Solid maple topper (2 Viewers)

T_Chan

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I'm very excited about this table as it has a solid finger jointed maple wood dining table cover. Even the skirting around the dining cover is solid maple as well. The pedestal legs are maple as well, all stained ebony black.

The table itself is a little small, 44"x74". I guess his man cave is a mini man cave. It's got a custom printed cloth with a 1" tall brushed aluminum raised rail. 8 jumbo s/s cup holders in the rail and of course the dining table cover.











And here's the table in it's new home. No dining cover pics though :(
I think he needs to upgrade his chairs at a later time.





 

RowdyRawhide

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Looks great! Did that stain out as light as the pic, I used ebony once and it came out a lot darker. Granted it was pine, so that probably had something to do with it. I really like that color, love maple too. Did you make the feet?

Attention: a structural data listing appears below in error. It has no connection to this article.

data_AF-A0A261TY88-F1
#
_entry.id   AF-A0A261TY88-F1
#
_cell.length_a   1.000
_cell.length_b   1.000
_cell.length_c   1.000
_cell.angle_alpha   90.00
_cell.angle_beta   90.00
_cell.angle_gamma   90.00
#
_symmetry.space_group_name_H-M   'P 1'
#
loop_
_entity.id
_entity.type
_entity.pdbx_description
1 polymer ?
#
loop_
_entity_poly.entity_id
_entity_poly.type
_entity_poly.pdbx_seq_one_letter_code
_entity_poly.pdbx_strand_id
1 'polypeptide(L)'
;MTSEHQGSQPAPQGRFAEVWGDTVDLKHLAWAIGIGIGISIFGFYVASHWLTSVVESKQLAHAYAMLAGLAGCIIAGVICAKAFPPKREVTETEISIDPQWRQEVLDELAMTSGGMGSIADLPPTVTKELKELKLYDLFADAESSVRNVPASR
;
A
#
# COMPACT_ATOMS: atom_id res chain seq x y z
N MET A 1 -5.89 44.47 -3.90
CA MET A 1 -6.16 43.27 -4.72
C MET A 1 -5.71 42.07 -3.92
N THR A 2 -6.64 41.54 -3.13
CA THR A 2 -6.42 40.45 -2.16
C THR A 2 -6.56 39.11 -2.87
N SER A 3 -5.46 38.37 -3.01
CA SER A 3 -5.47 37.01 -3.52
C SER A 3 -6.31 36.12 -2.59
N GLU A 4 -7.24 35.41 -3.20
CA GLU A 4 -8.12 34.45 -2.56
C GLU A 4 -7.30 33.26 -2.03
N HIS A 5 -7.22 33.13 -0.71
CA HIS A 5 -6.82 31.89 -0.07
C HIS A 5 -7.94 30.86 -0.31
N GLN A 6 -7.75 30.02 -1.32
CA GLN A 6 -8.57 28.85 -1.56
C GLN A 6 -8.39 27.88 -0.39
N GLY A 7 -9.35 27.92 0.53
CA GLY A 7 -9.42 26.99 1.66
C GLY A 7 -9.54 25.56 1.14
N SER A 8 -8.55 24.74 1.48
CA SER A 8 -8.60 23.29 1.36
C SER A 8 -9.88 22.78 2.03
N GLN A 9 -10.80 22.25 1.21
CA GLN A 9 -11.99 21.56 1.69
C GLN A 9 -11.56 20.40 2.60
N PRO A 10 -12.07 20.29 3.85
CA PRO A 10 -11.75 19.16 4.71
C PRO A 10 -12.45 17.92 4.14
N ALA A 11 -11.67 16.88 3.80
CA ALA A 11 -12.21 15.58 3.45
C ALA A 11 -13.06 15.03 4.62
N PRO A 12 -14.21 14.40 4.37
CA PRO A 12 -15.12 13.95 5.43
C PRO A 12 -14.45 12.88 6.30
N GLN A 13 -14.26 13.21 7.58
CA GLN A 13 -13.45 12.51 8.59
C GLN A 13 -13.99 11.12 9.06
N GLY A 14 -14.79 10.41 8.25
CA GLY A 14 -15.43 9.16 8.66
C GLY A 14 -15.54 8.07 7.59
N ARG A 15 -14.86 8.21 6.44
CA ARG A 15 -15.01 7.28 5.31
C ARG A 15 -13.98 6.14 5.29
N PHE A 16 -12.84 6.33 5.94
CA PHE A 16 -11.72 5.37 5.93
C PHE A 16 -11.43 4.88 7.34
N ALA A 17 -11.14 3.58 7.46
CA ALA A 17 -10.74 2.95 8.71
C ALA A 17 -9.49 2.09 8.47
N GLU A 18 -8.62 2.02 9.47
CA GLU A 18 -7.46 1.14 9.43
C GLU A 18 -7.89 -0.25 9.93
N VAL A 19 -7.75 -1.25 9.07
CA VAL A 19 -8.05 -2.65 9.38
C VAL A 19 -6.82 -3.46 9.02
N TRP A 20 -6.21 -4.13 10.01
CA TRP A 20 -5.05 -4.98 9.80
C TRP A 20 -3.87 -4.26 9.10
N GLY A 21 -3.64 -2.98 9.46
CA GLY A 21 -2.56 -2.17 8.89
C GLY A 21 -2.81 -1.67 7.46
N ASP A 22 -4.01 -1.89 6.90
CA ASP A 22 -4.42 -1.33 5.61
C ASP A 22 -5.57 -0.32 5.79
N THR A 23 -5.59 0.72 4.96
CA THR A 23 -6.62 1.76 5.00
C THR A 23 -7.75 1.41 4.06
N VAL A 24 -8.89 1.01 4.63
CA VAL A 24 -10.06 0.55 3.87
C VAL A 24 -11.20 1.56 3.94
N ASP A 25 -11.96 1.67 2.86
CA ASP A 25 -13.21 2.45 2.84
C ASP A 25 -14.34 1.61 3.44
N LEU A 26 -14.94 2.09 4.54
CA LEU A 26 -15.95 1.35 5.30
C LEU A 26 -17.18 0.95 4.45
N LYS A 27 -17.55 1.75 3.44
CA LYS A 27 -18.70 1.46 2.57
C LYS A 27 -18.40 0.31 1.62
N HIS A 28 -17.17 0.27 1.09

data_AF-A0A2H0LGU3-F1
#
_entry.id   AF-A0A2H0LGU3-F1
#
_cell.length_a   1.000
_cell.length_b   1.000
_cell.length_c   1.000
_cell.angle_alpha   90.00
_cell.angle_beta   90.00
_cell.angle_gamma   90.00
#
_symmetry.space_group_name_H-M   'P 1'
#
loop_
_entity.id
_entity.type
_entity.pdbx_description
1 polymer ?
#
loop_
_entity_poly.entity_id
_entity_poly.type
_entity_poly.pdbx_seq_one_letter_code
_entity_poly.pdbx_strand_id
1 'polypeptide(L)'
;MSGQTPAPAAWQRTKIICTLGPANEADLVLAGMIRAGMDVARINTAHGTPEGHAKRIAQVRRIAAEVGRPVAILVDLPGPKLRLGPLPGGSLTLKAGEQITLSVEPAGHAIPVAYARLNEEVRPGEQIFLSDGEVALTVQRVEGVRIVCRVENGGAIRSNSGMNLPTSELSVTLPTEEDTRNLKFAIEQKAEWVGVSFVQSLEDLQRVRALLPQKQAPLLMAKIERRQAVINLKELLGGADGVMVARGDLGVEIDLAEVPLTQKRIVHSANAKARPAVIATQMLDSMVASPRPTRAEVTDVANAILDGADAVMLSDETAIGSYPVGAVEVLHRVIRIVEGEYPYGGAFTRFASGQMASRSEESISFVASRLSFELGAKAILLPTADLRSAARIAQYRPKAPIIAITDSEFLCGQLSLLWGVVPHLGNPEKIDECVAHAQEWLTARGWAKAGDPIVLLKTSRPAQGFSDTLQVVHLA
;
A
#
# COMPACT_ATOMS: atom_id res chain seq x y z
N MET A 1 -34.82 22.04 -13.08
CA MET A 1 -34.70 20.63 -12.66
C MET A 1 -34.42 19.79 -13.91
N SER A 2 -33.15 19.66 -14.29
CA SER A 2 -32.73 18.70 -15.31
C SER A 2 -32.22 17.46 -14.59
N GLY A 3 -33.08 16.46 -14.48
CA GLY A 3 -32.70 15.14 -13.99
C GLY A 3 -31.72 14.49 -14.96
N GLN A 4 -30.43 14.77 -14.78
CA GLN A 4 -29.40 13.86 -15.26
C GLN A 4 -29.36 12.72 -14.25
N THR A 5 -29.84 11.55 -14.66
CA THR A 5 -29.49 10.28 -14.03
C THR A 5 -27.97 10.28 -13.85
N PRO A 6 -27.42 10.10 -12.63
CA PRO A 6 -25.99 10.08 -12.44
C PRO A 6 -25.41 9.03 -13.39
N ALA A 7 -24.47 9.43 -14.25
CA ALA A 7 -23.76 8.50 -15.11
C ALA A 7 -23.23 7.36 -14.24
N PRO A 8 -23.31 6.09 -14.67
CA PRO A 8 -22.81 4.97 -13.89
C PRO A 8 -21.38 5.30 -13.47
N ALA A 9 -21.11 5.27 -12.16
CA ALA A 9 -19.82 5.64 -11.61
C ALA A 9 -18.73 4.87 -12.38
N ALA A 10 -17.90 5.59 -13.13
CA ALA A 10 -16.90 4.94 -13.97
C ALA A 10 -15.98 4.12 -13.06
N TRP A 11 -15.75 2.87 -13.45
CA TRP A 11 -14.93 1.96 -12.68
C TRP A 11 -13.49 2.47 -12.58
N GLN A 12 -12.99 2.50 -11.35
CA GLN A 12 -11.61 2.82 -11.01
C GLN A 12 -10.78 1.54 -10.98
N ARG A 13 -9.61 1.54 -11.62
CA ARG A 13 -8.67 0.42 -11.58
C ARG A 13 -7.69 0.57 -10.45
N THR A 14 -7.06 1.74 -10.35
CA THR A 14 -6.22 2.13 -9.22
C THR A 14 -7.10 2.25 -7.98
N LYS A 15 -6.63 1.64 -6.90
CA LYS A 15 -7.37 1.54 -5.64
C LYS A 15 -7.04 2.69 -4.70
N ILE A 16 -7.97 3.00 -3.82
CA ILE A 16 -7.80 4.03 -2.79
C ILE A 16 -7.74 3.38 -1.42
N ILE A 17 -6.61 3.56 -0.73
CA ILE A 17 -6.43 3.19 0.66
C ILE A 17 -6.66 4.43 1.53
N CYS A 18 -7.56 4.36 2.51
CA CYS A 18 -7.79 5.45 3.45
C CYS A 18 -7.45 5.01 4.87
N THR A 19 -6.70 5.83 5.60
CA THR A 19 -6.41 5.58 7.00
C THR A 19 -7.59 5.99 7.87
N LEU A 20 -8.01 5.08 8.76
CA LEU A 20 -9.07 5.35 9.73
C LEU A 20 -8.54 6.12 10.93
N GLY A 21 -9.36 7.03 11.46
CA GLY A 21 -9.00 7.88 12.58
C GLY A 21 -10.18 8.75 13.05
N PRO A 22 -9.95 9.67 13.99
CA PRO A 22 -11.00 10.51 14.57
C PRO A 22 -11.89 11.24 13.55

As always excellent craftsmanship.
 

atomiktoaster

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Did you steam bend the skirting? I was expecting a blond table. The dark stain is interesting. Do you find the maple takes the stain especially well compared to cherry or oak?

I think he can add some more hockey to the basement, sticks on the wall or something. You Canadians don't know when to stop.
 

manamongkids

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wish my game grew enough to have an excuse to buy one of your tables.

as always, classic
 

T_Chan

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I wanted to steam bend the skirting but decided to kerf cut it instead. I may dab in steam bending in the near future.